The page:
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dcpiwhatcg - Where Have All The Cycles Gone (for an image)


dcpiwhatcg [<options>] image-file [image-file ...]


Given one or more image-files and some profile files, dcpiwhatcg identifies what percent of the CYCLES samples that were spent executing instructions vs. waiting for stalls of various categories. The output is the same as the procedure-level output of dcpicalc(1), except that it covers all of the procedures in the image-files rather than a single procedure.

In addition, dcpiwhatcg optionally outputs a sorted list of the procedures that contain samples blamed on a particular kind of stall, for example, "Branch mispredict".

Note:  This command can only be used on aggregate (versus ProfileMe) data.


Print information about options.
Print a progress report line before analyzing each procedure.
-stall stall-kind
Output a sorted list of the procedures that contain samples blamed on stall-kind. Stall-kind must be the name of a specific dynamic or static stall as listed in the "Where have all the cycles gone?" output of dcpiwhatcg or dcpicalc(1). This option does not work for multiple image-files.
Print program version information.


The following options can be used to control the heuristics for estimating execution frequencies and identifying the causes of stalls.

Generate low, medium, and high confidence data.
Generate medium and high confidence data. (default)
Generate only high confidence data.
-cross_procedure [optimistic | pessimistic | selective]
Choose what assumption to make when a procedure call boundary is encountered while looking for reasons to explain dynamic stalls. A procedure call boundary is either a call made by the procedure being analyzed or the beginning or end of that procedure. With pessimistic, assume that whatever happens outside the analyzed procedure can cause a dynamic stall inside it. With optimistic, assume that it cannot. With selective, the assumption is based on standard procedure call convention. (The default is optimistic.)
Use a (non-linear time) constraint solver to exploit global flow constraints when estimating execution frequencies. The frequency estimates may still violate flow constraints.


By default, this command automatically finds all of the relevant profile files. The following options can be used to guide the search for the profile files.

-db <directory name>
Search for profile files in the specified profile database directory. The directory name should be the same name as the one specified when dcpid was started. That is, the named directory should contain a set of epochs. If this option is not specified, the directory name is obtained from the DCPIDB logical name. If neither of these methods succeeds in finding the appropriate directory, and no explicit set of profile files is provided via the -profiles option, then the command fails.
-epoch latest
Search for profile files in the latest epoch. This is the default.
-epoch latest-k
Search for profile files in the "k+1"th oldest epoch. For example, search in the third last epoch if "-epoch latest-2" is specified.
-epoch all
Search for profile files in all epochs.
-epoch <name>
Search for profile files in the named epoch. The epoch name should be the name of a subdirectory corresponding to a single epoch within the profile database directory. Epoch subdirectory names usually take the form YYYYMMDDHHMM (year-month-day-hours-minutes). For example, an epoch started on February 4, 2002 at 23:34 is named 200202042334. If an epoch is given a symbolic name by creating a symbol link to the actual epoch directory, then the symbolic name can also be used as an argument to the -epoch option.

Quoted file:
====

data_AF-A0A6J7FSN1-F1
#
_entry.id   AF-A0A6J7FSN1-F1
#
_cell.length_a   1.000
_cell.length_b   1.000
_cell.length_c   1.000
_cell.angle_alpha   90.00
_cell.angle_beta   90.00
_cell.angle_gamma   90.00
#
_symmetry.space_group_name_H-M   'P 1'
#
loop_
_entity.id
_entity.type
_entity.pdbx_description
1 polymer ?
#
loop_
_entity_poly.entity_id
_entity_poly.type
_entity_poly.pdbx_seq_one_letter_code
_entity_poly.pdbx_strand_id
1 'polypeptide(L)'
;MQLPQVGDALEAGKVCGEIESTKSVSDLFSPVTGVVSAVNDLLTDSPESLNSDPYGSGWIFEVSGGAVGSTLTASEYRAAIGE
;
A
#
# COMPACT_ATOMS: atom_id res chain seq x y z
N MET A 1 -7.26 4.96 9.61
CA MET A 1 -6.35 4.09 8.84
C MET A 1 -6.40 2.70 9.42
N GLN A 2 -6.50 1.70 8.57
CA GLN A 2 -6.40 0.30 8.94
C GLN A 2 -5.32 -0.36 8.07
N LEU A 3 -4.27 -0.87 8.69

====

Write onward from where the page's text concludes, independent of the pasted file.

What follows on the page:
-events all
Search for profile files corresponding to all event types such as cycles, icache misses, branch mispredictions, etc. This is the default.
-events type(+type)*
Search for profiles files for the specified event types. For example, search for cycles, icache misses, and data cache misses when the option -events cycles+imiss+dmiss is specified.
-events all(-type)*
Search for profile files for all event types except for the specified types. For example, search for all event types except for branch mispredictions when the option -events all-branchmp is specified.
-label <label>
Search for profile files with the specified label (see dcpilabel). If no labels are specified on the command line, profile file labels are ignored entirely. If any labels are specified on the command line (this option can be repeated several times), only profile files that have one of the specified labels are used.
-profiles <file names...> --
Use just the profile files named by the specified file names. The list of profile file names can be terminated either via --, or by the end of the option list. The command prints an error message and fails if the -profiles option is used in conjunction with any of the earlier automatic profile finding options. (Use either the automatic profile lookup mechanism, or explicitly name the profile file with the -profile option, but not both.)


Because an internal HP DCPI interface was not designed for whole-program analysis, the running time of this program is quadratic rather than linear in size of the image file. Thus, this program runs slowly on large image files.

This command can only be used on aggregate (versus ProfileMe) data.


dcpi(1), dcpi2ps(1), dcpicat(1), dcpictl(1), dcpid(1), dcpidiff(1), dcpiformat(4), dcpilist(1), dcpiprof(1), dcpitopstalls(1), dcpiwhatcg(1)  

For more information, see the HP Digital Continuous Profiling Infrastructure project home page (http://h30097.www3.hp.com/dcpi).

Last modified: April 8, 2004